Michael K. Jungling - Morgan Stanley, Research Division

Could you see a potential benefit for your Orthopaedics Recon business to be owned by someone else and actually benefiting your shareholders, your current Smith & Nephew shareholders?

Olivier Bohuon

Recon, I -- maybe I was not very clear of what I've shown, but I see the Recon business with a number of opportunities. First of all, 85% of the growth in the Emerging Market of Smith & Nephew is coming from this business. So it is the anchor of the growth of Emerging Markets, there's no doubt, and we have a great portfolio for that. For us, what we do now for the midtier. Second, we have all these opportunities within the Reconstruction to have a significant good growth, and you have seen the JOURNEY II dynamic starting to -- despite many questions that we have had in Q1 about -- are you able or can be able to make something? Yes, we are. Again, it takes time. I mean, it's a business which is not a -- moving like this, quickly. It takes some time. I think now we have found the right products. We have a great development of the JOURNEY II follow-up, a great development of the VISIONAIRE technology. These new instruments, which are the disposable instruments. I mean, there's a number of things here that we are very proud of, and I'm very confident. So I don't think that putting this business within other hands will be better. I don't think so because, again, when you -- and that's what I've said about Biomet and Zimmer. I call it defensive deal because I don't believe that 1 plus 1 equals 2 in terms of R&D, in terms of new products. I think that 1.1 will be made 1.3, a 1 plus 1, because -- what is happening? Usually, you have a shrink of -- it's just to save costs, and that is not the point for us. So I don't think it will be much better. I think we have the tools to make this business a good business. And again, as I said, it's important for our cash, it's important in terms of Emerging Market, and we believe it could be also a significant growth lever. Julie, on tax?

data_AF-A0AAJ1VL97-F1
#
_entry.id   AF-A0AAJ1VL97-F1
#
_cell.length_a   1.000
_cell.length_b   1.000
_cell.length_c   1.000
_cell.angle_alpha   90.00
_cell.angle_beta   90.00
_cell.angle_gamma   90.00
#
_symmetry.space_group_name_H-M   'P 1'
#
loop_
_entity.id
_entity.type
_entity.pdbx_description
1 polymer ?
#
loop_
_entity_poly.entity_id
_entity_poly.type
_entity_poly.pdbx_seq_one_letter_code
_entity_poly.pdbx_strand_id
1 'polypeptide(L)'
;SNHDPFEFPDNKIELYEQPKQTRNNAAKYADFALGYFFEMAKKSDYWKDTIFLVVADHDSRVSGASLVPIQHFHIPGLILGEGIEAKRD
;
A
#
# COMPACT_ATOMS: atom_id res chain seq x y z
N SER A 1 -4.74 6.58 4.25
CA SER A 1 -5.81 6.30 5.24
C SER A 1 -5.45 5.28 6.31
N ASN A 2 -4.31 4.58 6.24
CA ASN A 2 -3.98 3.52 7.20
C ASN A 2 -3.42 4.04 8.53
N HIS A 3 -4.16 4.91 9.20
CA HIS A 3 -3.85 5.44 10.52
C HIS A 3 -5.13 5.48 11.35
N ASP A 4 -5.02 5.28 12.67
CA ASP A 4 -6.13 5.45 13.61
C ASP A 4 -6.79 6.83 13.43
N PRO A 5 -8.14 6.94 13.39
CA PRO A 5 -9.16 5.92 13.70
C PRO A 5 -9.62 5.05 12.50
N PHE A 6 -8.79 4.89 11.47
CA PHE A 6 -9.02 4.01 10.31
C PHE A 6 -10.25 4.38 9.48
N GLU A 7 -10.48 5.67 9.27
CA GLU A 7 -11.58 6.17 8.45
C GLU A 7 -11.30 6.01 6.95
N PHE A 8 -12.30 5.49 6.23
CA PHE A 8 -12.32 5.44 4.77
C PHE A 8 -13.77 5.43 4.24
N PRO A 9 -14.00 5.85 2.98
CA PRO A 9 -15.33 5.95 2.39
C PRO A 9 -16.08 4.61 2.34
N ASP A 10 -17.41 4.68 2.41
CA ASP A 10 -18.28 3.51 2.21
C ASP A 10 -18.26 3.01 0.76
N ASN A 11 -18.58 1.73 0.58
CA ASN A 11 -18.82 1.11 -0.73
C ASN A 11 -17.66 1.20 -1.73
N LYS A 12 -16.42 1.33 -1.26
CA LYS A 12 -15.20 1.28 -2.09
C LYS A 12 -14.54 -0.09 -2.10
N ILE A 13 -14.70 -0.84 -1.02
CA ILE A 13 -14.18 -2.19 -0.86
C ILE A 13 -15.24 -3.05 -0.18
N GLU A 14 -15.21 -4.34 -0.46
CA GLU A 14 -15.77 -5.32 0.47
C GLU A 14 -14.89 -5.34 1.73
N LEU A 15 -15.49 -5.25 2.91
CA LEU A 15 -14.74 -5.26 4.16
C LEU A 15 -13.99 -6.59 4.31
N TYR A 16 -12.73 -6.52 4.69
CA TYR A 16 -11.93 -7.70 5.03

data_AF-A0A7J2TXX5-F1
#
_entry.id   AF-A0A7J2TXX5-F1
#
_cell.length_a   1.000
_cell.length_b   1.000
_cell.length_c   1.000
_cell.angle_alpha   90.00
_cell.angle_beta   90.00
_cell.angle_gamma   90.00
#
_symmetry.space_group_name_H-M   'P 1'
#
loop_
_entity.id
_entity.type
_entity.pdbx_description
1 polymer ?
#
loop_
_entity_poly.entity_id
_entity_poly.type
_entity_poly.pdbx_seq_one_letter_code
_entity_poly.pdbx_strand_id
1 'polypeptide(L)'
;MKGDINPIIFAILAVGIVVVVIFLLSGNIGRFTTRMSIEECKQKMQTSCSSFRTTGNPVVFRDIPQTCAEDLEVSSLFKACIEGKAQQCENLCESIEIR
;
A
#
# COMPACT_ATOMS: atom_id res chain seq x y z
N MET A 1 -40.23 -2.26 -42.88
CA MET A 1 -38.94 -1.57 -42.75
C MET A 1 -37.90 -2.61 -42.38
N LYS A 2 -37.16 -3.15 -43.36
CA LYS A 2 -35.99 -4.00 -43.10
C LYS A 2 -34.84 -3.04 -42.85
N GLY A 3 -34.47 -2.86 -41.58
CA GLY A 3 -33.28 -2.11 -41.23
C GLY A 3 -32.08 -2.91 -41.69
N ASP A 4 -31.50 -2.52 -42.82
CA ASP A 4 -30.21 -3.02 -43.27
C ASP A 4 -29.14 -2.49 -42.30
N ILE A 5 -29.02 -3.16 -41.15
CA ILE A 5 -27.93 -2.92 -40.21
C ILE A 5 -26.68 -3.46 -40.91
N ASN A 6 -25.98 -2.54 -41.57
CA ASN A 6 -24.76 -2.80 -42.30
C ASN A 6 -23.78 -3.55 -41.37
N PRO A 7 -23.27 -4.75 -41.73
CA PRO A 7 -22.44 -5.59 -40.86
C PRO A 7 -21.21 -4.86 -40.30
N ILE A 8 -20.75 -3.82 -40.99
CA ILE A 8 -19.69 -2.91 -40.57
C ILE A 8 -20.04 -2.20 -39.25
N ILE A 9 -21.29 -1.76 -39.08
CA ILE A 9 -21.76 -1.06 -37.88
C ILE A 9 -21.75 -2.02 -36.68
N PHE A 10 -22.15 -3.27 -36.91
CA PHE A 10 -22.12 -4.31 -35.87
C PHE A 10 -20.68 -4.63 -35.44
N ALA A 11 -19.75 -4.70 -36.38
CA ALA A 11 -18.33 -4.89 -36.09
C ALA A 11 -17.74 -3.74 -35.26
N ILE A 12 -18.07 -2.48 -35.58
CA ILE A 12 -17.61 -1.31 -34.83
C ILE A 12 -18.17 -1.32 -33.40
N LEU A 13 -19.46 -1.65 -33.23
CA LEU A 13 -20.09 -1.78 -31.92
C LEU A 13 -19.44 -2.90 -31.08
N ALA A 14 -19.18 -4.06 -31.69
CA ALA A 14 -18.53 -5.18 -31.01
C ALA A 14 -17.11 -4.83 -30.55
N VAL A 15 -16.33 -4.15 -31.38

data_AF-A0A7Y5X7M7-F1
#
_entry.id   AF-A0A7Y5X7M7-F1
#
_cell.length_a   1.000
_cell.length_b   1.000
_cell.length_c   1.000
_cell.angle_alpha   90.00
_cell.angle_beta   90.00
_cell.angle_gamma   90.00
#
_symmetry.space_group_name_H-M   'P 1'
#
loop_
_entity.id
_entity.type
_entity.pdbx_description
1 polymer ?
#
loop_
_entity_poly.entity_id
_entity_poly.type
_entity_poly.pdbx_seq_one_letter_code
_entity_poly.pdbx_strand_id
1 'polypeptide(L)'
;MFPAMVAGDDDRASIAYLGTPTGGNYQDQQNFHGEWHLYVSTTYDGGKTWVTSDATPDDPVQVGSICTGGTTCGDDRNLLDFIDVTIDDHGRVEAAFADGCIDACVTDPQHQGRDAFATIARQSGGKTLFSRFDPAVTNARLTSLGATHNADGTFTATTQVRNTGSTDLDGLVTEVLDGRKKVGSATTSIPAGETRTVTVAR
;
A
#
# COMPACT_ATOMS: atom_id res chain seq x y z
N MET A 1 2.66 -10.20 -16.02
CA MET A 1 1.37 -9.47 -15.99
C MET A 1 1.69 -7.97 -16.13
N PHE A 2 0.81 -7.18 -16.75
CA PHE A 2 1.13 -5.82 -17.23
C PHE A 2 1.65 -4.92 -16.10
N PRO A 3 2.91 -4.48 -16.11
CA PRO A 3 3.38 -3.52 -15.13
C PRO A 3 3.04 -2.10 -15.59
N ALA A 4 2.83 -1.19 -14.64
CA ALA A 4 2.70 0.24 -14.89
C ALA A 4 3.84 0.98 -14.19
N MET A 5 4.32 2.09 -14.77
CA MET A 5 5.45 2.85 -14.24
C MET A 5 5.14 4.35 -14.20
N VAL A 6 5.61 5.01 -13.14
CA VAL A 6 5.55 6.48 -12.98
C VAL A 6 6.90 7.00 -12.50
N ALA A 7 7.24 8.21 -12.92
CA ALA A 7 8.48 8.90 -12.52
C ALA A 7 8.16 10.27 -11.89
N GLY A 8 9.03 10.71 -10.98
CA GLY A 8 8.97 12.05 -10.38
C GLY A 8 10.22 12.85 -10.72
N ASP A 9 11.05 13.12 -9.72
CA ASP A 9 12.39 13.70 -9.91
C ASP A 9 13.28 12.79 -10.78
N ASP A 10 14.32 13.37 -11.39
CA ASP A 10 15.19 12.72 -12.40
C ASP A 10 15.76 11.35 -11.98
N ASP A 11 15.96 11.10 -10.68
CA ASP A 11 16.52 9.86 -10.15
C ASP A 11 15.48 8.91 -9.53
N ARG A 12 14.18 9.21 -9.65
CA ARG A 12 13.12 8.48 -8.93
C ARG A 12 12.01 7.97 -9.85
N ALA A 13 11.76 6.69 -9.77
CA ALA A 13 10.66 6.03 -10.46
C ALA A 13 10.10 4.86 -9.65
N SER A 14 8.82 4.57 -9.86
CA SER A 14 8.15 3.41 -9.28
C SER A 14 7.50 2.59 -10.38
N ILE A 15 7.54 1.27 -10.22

Julie Brown

I'll take tax and then come back to you. The other question was margin.

Olivier Bohuon